PING – Network Tool Tutorial – 2


In previous tutorial PING – Network Tool Tutorial – 1 we seen how PING Command works

if you want to clearly understand about PING command go through Tutorial – 1.

we catched echo_request and echo_response by using wireshark(A Popular Network Sniffing Tool)

ping gives us three major information

-Host Reachability
-Network Congestion
-Time To Live

Host Reachability

The Ping results in the previous tutorial show that four ICMP packets have been sent and four received. This result indicates you that the host is alive at the ICMP level. However, no other information, such as whether or not a a webserver is running, is given.

What’s does it mean if I receive a negative result?
Let’s see an example:


Pinging [] with 32 bytes of data:

Request timed out.
Request timed out.
Request timed out.
Request timed out.

Ping statistics for
      Packets: Sent = 4, Received = 0, Lost = 4 (100% loss),

Host, which has IP address, did not answer to the Ping command. It’s interesting to note that the negative answer does not always mean that the recipient is not alive (in our example, it is alive and runs a webserver). In this case, the result simply means that the host just doesn’t answer to ICMP request.

What could be the reason for this “no-answer” ?
It is not always possible to know the exact reason behind a “no-answer”. As a matter of fact, there may be a lot of different reasons. In the following picture, we summarize the four major reasons.

In the first case, an external firewall blocks the ICMP requests. ICMP can be used as a first step in an attack because it can determine the alive hosts before attacking. In this case the network behind the firewall is hidden from the external world even it is well alive.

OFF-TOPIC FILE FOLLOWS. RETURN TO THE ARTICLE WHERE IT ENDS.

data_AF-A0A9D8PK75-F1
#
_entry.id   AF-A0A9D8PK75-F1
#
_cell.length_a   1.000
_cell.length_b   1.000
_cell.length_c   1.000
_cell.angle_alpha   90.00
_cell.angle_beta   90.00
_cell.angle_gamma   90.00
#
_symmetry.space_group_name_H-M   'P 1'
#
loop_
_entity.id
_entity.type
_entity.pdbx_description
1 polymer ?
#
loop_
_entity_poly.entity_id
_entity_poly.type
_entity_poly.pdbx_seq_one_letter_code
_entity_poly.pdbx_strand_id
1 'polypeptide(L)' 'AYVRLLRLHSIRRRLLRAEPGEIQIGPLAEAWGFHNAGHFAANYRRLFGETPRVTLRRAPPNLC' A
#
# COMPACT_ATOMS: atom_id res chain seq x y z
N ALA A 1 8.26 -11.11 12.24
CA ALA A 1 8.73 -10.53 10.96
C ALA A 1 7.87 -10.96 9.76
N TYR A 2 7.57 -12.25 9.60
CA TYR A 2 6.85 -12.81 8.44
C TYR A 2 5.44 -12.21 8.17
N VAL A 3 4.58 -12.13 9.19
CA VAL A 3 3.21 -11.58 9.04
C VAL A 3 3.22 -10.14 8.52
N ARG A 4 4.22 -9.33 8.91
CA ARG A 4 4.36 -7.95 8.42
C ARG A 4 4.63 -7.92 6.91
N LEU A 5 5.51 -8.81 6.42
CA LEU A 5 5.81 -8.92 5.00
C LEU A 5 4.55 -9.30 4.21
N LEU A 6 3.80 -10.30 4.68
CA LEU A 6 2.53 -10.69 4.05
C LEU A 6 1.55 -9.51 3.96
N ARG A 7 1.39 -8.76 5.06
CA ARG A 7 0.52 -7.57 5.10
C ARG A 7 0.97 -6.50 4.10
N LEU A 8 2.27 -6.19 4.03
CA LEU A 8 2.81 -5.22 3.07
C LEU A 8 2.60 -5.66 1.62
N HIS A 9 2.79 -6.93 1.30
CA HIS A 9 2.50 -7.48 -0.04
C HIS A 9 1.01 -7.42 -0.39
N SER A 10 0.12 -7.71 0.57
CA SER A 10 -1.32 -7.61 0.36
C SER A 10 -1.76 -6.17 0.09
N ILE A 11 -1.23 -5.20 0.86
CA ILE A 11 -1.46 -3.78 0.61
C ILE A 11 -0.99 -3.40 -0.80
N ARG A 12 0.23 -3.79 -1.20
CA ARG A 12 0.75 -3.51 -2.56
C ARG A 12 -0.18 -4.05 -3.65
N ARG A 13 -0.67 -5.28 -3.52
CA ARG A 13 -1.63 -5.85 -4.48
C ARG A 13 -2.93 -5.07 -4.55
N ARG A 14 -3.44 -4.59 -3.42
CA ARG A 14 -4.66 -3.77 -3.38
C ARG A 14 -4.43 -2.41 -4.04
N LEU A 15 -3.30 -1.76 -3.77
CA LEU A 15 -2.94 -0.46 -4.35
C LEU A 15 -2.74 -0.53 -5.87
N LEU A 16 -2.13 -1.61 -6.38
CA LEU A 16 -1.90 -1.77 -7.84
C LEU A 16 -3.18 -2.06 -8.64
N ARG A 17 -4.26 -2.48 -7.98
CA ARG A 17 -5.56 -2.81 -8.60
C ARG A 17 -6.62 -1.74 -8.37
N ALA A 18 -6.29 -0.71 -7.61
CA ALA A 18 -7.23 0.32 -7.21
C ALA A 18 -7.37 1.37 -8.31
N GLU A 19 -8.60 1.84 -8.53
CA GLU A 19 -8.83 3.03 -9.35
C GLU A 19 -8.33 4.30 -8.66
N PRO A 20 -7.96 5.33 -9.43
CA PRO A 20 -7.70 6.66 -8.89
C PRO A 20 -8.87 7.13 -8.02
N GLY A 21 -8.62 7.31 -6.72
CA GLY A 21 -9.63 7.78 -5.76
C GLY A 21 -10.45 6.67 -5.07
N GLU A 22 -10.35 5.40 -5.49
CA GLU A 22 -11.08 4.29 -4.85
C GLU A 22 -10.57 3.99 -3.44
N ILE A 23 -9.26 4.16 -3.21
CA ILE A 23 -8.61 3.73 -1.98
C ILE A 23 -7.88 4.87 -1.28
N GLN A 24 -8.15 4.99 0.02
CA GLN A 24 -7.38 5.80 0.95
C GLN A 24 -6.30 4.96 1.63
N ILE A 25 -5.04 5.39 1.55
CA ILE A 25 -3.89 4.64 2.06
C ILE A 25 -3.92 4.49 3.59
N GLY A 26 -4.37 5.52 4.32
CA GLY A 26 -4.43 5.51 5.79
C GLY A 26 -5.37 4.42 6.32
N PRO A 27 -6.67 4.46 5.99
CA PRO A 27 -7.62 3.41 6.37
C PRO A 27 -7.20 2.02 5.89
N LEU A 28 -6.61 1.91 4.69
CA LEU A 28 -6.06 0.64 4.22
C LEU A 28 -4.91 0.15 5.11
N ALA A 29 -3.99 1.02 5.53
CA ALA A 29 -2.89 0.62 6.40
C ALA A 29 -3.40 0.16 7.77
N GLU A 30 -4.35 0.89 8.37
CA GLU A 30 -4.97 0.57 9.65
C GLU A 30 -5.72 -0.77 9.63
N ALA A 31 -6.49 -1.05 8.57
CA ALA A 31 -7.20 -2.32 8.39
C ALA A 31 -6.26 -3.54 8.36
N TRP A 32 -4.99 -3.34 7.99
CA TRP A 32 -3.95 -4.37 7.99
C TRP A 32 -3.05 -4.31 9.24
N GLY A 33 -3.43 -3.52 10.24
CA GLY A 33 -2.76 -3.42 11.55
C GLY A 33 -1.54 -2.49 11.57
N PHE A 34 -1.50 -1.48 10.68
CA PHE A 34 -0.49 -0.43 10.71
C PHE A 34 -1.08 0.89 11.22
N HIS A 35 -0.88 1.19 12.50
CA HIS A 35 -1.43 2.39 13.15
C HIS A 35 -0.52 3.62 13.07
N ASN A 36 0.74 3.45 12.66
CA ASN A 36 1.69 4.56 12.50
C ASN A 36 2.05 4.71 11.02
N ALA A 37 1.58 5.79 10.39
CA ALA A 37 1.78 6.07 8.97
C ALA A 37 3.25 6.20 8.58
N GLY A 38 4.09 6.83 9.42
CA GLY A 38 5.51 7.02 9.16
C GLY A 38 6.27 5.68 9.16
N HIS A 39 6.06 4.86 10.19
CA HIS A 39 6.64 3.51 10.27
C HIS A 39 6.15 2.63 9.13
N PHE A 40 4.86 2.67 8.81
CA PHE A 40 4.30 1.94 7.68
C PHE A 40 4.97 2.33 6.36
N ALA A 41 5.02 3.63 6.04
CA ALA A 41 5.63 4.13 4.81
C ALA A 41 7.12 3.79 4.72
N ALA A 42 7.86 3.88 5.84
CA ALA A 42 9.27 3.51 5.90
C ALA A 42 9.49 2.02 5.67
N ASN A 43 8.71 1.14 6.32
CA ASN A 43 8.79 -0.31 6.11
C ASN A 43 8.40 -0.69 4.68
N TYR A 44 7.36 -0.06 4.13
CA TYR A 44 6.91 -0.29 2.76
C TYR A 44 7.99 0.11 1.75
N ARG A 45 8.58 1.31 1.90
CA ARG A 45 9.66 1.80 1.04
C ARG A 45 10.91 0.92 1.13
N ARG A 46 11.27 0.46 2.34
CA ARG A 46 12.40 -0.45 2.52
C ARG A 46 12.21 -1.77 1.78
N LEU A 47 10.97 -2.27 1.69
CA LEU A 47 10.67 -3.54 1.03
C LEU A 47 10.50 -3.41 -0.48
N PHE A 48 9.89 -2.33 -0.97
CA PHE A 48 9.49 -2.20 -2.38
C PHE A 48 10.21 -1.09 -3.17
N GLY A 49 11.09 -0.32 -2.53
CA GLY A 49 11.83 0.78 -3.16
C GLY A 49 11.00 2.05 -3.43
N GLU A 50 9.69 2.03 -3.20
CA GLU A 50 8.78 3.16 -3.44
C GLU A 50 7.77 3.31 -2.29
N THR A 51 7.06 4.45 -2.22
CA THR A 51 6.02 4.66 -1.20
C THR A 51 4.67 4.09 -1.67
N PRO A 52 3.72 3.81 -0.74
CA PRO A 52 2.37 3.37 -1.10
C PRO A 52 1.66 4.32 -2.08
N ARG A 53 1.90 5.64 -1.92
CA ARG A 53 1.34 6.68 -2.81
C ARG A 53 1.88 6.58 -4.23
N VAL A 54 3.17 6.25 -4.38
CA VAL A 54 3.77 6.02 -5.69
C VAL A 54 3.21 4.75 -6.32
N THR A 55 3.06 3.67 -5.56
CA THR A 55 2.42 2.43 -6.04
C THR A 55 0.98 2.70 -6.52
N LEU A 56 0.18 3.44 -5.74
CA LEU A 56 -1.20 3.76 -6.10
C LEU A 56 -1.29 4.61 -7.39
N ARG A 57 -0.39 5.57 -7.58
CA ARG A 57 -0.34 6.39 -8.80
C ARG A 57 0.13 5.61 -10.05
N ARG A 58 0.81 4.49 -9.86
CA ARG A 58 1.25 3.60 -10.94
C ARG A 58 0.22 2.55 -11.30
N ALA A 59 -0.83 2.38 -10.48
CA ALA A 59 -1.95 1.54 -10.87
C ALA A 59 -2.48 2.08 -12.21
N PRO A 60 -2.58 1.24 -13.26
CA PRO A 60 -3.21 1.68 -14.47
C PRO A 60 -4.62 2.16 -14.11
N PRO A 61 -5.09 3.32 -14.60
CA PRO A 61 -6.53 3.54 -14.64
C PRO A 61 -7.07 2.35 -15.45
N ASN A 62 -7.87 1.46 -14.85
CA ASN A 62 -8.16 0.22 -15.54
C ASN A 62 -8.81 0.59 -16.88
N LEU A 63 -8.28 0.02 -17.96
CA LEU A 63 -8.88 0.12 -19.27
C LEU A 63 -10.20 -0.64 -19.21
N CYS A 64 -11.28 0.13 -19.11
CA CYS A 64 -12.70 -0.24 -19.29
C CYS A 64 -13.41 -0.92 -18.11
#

Blocking ICMP messages is a first security recommendation to secure a network. The external firewall is more often used to secure professional network because it is expensive and requires advanced skills for configuring.

In the second case, the workstation has a personal firewall that blocks the ICMP message. A personal firewall is recommended for home computers for the same reasons mentioned above.

In the thrid case, the “pinged” machine is not connected to the IP network, for instance, because the network cable is unplugged.
The echo_request message will be discarded on the last router of the layer 3 device before the remote host.

In the fourth case, the host is down or has its network card deactivated. Such as in the previous case, the echo_request message will die on the last router of the layer 3 device before the remote host.


If a device called Geneva can ping another called Dallas, does it mean that the opposite, in other words Dallas can ping Geneva, is always true?

The response is no. As you can see below, you can have a firewall only preventing echo_request in a single direction.

When Dallas pings Geneva, the ICMP echo_request is blocked on the firewall and Dallas receives no answer from Geneva.

When Geneva pings Dallas, the ICMP echo_request reaches Dallas and Geneva receives the echo_response in return, so the ping is successful. In this case, the ICMP packets are not blocked since the firewall only stops echo_request coming from outside. Here, we have an echo_request from inside and an echo_response from outside.

Remaining things will be seen in tutorial -3..

(Taken from

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